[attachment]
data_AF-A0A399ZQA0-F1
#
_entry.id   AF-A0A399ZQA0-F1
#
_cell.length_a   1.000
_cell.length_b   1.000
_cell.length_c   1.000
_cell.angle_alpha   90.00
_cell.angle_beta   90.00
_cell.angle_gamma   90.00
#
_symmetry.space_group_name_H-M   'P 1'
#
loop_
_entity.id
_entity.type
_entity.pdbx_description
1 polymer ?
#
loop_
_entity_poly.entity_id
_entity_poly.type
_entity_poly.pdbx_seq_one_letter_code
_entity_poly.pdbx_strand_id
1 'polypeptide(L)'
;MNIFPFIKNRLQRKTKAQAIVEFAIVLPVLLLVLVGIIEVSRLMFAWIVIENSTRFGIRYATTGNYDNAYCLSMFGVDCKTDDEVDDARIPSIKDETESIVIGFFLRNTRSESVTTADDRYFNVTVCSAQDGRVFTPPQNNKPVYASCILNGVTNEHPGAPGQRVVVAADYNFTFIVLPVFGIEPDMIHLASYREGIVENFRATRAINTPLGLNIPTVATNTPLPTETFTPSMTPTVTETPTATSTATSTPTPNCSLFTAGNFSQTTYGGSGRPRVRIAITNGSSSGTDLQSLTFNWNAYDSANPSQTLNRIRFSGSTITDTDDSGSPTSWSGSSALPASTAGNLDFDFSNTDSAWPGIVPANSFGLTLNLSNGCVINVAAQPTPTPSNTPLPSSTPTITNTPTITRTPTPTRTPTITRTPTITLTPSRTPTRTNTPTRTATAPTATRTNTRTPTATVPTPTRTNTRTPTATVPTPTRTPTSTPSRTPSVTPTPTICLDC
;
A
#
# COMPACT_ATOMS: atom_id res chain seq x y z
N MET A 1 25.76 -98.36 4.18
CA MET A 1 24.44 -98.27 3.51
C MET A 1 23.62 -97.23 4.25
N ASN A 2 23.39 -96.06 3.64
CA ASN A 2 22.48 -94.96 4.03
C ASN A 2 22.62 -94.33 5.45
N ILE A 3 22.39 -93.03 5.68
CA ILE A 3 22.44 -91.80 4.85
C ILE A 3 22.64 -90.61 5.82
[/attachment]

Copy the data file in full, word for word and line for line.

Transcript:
data_AF-A0A399ZQA0-F1
#
_entry.id   AF-A0A399ZQA0-F1
#
_cell.length_a   1.000
_cell.length_b   1.000
_cell.length_c   1.000
_cell.angle_alpha   90.00
_cell.angle_beta   90.00
_cell.angle_gamma   90.00
#
_symmetry.space_group_name_H-M   'P 1'
#
loop_
_entity.id
_entity.type
_entity.pdbx_description
1 polymer ?
#
loop_
_entity_poly.entity_id
_entity_poly.type
_entity_poly.pdbx_seq_one_letter_code
_entity_poly.pdbx_strand_id
1 'polypeptide(L)'
;MNIFPFIKNRLQRKTKAQAIVEFAIVLPVLLLVLVGIIEVSRLMFAWIVIENSTRFGIRYATTGNYDNAYCLSMFGVDCKTDDEVDDARIPSIKDETESIVIGFFLRNTRSESVTTADDRYFNVTVCSAQDGRVFTPPQNNKPVYASCILNGVTNEHPGAPGQRVVVAADYNFTFIVLPVFGIEPDMIHLASYREGIVENFRATRAINTPLGLNIPTVATNTPLPTETFTPSMTPTVTETPTATSTATSTPTPNCSLFTAGNFSQTTYGGSGRPRVRIAITNGSSSGTDLQSLTFNWNAYDSANPSQTLNRIRFSGSTITDTDDSGSPTSWSGSSALPASTAGNLDFDFSNTDSAWPGIVPANSFGLTLNLSNGCVINVAAQPTPTPSNTPLPSSTPTITNTPTITRTPTPTRTPTITRTPTITLTPSRTPTRTNTPTRTATAPTATRTNTRTPTATVPTPTRTNTRTPTATVPTPTRTPTSTPSRTPSVTPTPTICLDC
;
A
#
# COMPACT_ATOMS: atom_id res chain seq x y z
N MET A 1 25.76 -98.36 4.18
CA MET A 1 24.44 -98.27 3.51
C MET A 1 23.62 -97.23 4.25
N ASN A 2 23.39 -96.06 3.64
CA ASN A 2 22.48 -94.96 4.03
C ASN A 2 22.62 -94.33 5.45
N ILE A 3 22.39 -93.03 5.68
CA ILE A 3 22.44 -91.80 4.85
C ILE A 3 22.64 -90.61 5.82